To illustrate, Hewett uses 1 John 1:5, which says: “God is light.” In Greek, “God” is ho the·osʹ and therefore has a definite article. But phos for “light” is not preceded by any article. Hewett points out: “One can always . . . say of God He is characterized by light; one cannot always say of light that it is God.” Similar examples are found at John 4:24, “God is a Spirit,” and at 1 John 4:16, “God is love.” In both of these verses, the subjects have definite articles but the predicates, “Spirit” and “love,” do not. So the subjects and predicates are not interchangeable. These verses cannot mean that “Spirit is God” or “love is God.”
Identity of “the Word”?
Many Greek scholars and Bible translators acknowledge that John 1:1 highlights, not the identity, but a quality of “the Word.” Says Bible translator William Barclay: “Because [the apostle John] has no definite article in front of theos it becomes a description . . . John is not here identifying the Word with God. To put it very simply, he does not say that Jesus was God.” Scholar Jason David BeDuhn likewise says: “In Greek, if you leave off the article from theos in a sentence like the one in John 1:1c, then your readers will assume you mean ‘a god.’ . . . Its absence makes theos quite different than the definite ho theos, as different as ‘a god’ is from ‘God’ in English.” BeDuhn adds: “In John 1:1, the Word is not the one-and-only God, but is a god, or divine being.” Or to put it in the words of Joseph Henry Thayer, a scholar who worked on the American Standard Version: “The Logos [or, Word] was divine, not the divine Being himself.” [whereislogic: and yet the American Standard Version still translates John 1:1c as “the Word was God”, how misleading and dishonest, knowing better; and knowing that this rendering will mislead people into thinking that it's speaking about Jesus being God Almighty, or “the divine Being himself”, as Thayer puts it and explains that that's not what it's talking about.]
Does the identity of God have to be “a very profound mystery”? It did not seem so to Jesus. In his prayer to his Father, Jesus made a clear distinction between him and his Father when he said: “This means everlasting life, their taking in knowledge of you, the only true God, and of the one whom you sent forth, Jesus Christ.” (John 17:3) If we believe Jesus and understand the plain teaching of the Bible, we will respect him as the divine Son of God that he is. We will also worship Jehovah as “the only true God.”
The Greek word mo·no·ge·nesʹ is defined by lexicographers as “single of its kind, only,” or “the only member of a kin or kind.” (Thayer’s Greek-English Lexicon of the New Testament, 1889, p. 417; Liddell and Scott’s Greek-English Lexicon, Oxford, 1968, p. 1144) The term is used in describing the relation of both sons and daughters to their parents.
The Scriptures speak of “the only-begotten son” of a widow who lived in the city of Nain, of Jairus’ “only-begotten daughter,” and of a man’s “only-begotten” son whom Jesus cured of a demon. (Lu 7:11, 12; 8:41, 42; 9:38) ...
The apostle John repeatedly describes the Lord Jesus Christ as the only-begotten Son of God. (Joh 1:14; 3:16, 18; 1Jo 4:9) [whereislogic: that's more specific, see bolded part; there are other only-begotten sons and daughters, but they are not identified as the only-begotten Son of God.] This is not in reference to his human birth or to him as just the man Jesus. As the Loʹgos, or Word, “this one was in the beginning with God,” even “before the world was.” (Joh 1:1, 2; 17:5, 24) At that time while in his prehuman state of existence, he is described as the “only-begotten Son” whom his Father sent “into the world.”—1Jo 4:9.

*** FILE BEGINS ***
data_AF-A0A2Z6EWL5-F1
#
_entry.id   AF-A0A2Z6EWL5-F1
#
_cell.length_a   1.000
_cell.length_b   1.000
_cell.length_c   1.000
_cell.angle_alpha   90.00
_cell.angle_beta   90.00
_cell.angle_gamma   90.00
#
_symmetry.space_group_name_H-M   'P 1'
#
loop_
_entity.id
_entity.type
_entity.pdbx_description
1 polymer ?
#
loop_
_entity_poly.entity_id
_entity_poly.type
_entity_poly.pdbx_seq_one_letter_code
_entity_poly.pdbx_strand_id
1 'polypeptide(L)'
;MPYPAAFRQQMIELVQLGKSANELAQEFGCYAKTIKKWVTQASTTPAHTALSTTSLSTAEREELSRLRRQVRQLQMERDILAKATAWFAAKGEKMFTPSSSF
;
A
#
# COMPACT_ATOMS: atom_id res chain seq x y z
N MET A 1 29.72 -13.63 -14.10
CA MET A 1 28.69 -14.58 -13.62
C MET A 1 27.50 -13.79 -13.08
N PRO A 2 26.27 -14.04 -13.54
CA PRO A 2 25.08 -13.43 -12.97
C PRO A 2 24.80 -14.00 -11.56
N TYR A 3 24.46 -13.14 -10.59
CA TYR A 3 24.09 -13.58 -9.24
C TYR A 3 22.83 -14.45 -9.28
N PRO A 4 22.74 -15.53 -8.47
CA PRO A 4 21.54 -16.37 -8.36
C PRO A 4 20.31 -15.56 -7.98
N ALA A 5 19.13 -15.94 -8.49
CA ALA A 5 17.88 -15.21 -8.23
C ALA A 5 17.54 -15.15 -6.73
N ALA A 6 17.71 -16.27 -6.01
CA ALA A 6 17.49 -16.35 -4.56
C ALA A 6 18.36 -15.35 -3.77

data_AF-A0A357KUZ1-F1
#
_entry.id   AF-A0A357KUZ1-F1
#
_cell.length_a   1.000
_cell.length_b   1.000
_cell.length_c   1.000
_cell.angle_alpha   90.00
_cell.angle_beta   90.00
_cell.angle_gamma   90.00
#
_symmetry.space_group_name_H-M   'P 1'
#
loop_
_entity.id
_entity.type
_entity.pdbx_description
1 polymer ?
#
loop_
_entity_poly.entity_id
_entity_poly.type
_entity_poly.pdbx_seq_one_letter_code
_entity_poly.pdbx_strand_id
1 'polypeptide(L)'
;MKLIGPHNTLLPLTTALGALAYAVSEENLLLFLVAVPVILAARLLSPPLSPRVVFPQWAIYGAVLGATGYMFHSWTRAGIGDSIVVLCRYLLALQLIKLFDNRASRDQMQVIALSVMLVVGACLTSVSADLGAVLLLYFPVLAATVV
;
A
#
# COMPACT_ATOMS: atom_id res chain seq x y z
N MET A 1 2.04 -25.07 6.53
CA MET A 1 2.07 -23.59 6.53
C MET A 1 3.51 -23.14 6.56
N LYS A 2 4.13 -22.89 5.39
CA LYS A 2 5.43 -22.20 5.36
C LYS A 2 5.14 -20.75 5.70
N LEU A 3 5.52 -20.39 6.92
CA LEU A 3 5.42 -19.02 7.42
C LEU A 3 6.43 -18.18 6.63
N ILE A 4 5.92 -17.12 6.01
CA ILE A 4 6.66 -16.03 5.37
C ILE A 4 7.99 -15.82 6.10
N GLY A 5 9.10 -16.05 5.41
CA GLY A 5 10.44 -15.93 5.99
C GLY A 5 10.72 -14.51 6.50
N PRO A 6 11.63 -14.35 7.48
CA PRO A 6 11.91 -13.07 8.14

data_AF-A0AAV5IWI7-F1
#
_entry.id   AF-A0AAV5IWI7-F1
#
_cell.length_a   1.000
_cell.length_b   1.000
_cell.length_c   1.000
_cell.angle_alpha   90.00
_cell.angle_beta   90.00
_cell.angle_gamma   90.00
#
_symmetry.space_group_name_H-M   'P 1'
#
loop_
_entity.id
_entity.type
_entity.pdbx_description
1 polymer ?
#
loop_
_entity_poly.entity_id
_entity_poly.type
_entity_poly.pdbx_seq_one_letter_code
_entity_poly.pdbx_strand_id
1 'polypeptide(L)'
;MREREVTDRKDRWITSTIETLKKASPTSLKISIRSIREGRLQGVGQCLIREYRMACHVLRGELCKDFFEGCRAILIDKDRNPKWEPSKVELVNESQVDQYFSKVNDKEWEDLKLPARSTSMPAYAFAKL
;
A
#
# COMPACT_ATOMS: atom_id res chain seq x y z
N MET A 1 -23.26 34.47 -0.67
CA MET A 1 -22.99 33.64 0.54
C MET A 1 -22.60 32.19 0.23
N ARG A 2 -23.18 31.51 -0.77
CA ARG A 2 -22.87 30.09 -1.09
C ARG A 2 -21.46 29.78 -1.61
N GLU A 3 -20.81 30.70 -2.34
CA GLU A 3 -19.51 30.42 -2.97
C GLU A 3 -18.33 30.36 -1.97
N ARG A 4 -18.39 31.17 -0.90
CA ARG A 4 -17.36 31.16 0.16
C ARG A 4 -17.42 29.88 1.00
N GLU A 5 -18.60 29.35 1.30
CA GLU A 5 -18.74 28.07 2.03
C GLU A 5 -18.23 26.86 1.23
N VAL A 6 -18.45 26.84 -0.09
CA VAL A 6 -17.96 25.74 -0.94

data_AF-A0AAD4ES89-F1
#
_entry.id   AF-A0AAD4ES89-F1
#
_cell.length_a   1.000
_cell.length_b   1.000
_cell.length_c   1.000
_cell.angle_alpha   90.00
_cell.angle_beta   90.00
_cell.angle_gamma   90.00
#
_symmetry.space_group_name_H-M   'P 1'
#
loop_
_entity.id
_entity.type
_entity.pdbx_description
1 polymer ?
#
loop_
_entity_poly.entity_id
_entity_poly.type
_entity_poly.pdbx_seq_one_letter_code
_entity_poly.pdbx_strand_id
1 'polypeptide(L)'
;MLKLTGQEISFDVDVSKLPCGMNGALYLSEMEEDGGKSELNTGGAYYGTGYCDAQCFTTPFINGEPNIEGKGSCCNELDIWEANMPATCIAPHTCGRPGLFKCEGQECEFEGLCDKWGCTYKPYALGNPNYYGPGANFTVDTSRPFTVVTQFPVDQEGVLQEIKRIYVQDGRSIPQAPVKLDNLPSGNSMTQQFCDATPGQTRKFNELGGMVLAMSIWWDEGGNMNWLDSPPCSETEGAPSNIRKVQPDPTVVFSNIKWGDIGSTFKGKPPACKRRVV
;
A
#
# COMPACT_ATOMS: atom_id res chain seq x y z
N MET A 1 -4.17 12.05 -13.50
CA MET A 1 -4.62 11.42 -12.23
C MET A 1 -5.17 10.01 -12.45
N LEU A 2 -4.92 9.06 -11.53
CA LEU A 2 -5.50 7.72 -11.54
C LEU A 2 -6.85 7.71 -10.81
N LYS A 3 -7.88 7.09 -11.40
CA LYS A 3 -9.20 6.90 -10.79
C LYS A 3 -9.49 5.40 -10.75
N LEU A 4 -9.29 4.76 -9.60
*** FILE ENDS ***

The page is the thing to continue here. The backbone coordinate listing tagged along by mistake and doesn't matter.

He is described as having “a glory such as belongs to an only-begotten son from a father,” the one residing “in the bosom position with the Father.” (Joh 1:14, 18) ...
The angels of heaven are sons of God even as Adam was a “son of God.” (Ge 6:2; Job 1:6; 38:7; Lu 3:38) But the Loʹgos, later called Jesus, is “the only-begotten Son of God.” (Joh 3:18) He is the only one of his kind, the only one whom God himself created directly without the agency or cooperation of any creature. He is the only one whom God his Father used in bringing into existence all other creatures. He is the firstborn and chief one among all other angels (Col 1:15, 16; Heb 1:5, 6), which angels the Scriptures call “godlike ones” or “gods.” (Ps 8:4, 5) Therefore, according to some of the oldest and best manuscripts, the Lord Jesus Christ is properly described as “the only-begotten god [Gr., mo·no·ge·nesʹ the·osʹ].”—Joh 1:18, NW, Ro, Sp.
A few translations, in support of the Trinitarian “God the Son” concept, would invert the phrase mo·no·ge·nesʹ the·osʹ and render it as “God only begotten.” But W. J. Hickie in his Greek-English Lexicon to the New Testament (1956, p. 123) says it is hard to see why these translators render mo·no·ge·nesʹ hui·osʹ as “the only begotten Son,” but at the same time translate mo·no·ge·nesʹ the·osʹ as “God only begotten,” instead of “the only begotten God.”
Paul referred to Isaac as Abraham’s “only-begotten son” (Heb 11:17), even though Abraham also fathered Ishmael by Hagar as well as several sons by Keturah. (Ge 16:15; 25:1, 2; 1Ch 1:28, 32) God’s covenant, however, was established only through Isaac, Abraham’s only son by God’s promise, as well as the only son of Sarah. (Ge 17:16-19) Furthermore, at the time Abraham offered up Isaac, he was the only son in his father’s household. No sons had yet been born to Keturah, and Ishmael had been gone for some 20 years—no doubt was married and head of his own household.—Ge 22:2.
So from several viewpoints in regard to the promise and the covenant, the things about which Paul was writing to the Hebrews, Isaac was Abraham’s only-begotten son. Hence, Paul parallels “the promises” and the “only-begotten son” with “‘your seed’ . . . through Isaac.” (Heb 11:17, 18) Whether Josephus had a similar viewpoint or not, he too spoke of Isaac as Abraham’s “only son.”—Jewish Antiquities, I, 222 (xiii, 1).